Winning the Grand Jury Prize at this year's Sundance and a being treated to a standing ovation at Cannes isn't a bad reception for a film that last year was facing an altogether colder side of the industry- the side with no funding. But writer/director Damien Chazelle scraped together enough to produce his concept as a short, subsequently winning Sundance's Short Film Jury award. On the back of this success comes the fully realised feature length version of Whiplash, the story of Andrew, a young Jazz musician yearning to achieve greatness, in a film that has achieved just that.
'sizzles with spontaneity'
As in Darren Aronofsky's Black Swan and The Wrestler, the hero's quest for artistic perfection is dramatised through the relationship between student and mentor. And, like its predecessors, the dynamic between Andrew and his violent, self-mythologizing teacher, Fletcher, isn't exactly nurturing. But where Aronofsky's work lapsed into melodrama, Whiplash sizzles with spontaneity and an authentically human, inglorious intensity. It's here that we come to the film's rightly adulated star, ferocious new talent Miles Teller. Teller's debut alongside Nicole Kidman in psychological drama Rabbit Hole saw him hit the ground running, and he recently starred in fellow in another Sundance hitThe Spectacular Now, leaving him in immensely high demand. Whiplash could be no better showcase for Teller's talents, who was described by Chazelle as exhibiting a 'vulnerability and a rawness that most young actors don't'.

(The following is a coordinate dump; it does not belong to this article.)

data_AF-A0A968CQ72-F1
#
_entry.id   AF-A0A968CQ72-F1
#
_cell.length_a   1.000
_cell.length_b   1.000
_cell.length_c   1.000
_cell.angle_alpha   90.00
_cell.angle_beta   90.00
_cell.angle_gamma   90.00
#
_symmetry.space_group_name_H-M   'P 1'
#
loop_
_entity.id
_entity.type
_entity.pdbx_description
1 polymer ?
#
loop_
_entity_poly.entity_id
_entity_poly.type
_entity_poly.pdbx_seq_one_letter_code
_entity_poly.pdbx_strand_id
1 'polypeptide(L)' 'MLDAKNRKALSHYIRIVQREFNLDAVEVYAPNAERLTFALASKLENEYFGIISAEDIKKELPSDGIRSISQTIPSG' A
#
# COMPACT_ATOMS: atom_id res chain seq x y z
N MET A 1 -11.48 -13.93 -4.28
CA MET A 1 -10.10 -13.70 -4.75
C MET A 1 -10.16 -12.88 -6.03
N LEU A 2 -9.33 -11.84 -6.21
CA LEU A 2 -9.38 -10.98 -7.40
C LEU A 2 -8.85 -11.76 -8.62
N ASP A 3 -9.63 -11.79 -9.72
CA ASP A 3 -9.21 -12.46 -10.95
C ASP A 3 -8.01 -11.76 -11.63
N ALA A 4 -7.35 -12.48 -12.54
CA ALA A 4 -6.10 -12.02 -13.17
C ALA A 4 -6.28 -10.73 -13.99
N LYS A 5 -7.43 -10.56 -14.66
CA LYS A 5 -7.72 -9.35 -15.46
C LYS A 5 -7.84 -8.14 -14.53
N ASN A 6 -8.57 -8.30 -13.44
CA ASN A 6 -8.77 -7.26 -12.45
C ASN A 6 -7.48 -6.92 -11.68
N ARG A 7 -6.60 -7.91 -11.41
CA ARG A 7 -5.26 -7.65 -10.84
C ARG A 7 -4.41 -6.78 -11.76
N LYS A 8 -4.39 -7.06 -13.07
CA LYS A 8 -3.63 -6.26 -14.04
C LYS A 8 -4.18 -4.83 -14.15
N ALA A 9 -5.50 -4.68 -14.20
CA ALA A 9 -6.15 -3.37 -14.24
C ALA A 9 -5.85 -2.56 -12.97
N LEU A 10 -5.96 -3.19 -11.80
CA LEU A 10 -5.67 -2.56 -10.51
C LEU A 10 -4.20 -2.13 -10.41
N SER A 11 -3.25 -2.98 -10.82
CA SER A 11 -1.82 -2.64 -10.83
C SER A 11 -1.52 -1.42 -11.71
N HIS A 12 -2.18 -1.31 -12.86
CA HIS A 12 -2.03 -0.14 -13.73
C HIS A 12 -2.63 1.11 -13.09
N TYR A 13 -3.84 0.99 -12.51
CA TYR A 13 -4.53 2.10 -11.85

a powerful cast
The film was aided by the fact that Teller was a keen drummer since the age of 15 - albeit at a church youth group - and we're told that Teller performed the majority of the frantic, intricate drumming all by himself. Chazelle is said to have allowed takes to far overrun their necessary length to exhaust his young star, that he might evoke the same passionate devotion that spurs on the lead character to sacrifice his relationships, and even his happiness, for his art.
Hammering the fear of failure into Andrew is music maestro Terence Fletcher, played by J.K Simmons. Instantly recognisable from his popular comedic turns (notably as Ellen Page's father in Juno), Simmons' performance as Fletcher makes him now unforgettable. He is grandiose to the extreme, but where another actor might have played Fletcher as supremely monstrous, Simmons isn't afraid to subvert the character's terror with comedic nuances.
'an exhilarating, original film'
Chazelle explained how he approached filming the musical scenes as he would shooting an action scene: by intricately mapping the camera movements and angles alongside the score. In this way, the camera 'provides the kineticism' and a concert scene can pack the same adrenaline punches as 'a bank robbery'. We don't doubt it. The combined talents of director and stars make Whiplash an exhilarating, original film not to be missed.
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16 Jan 15 – 01 Apr 15, 12:00 PM – 12:00 AM
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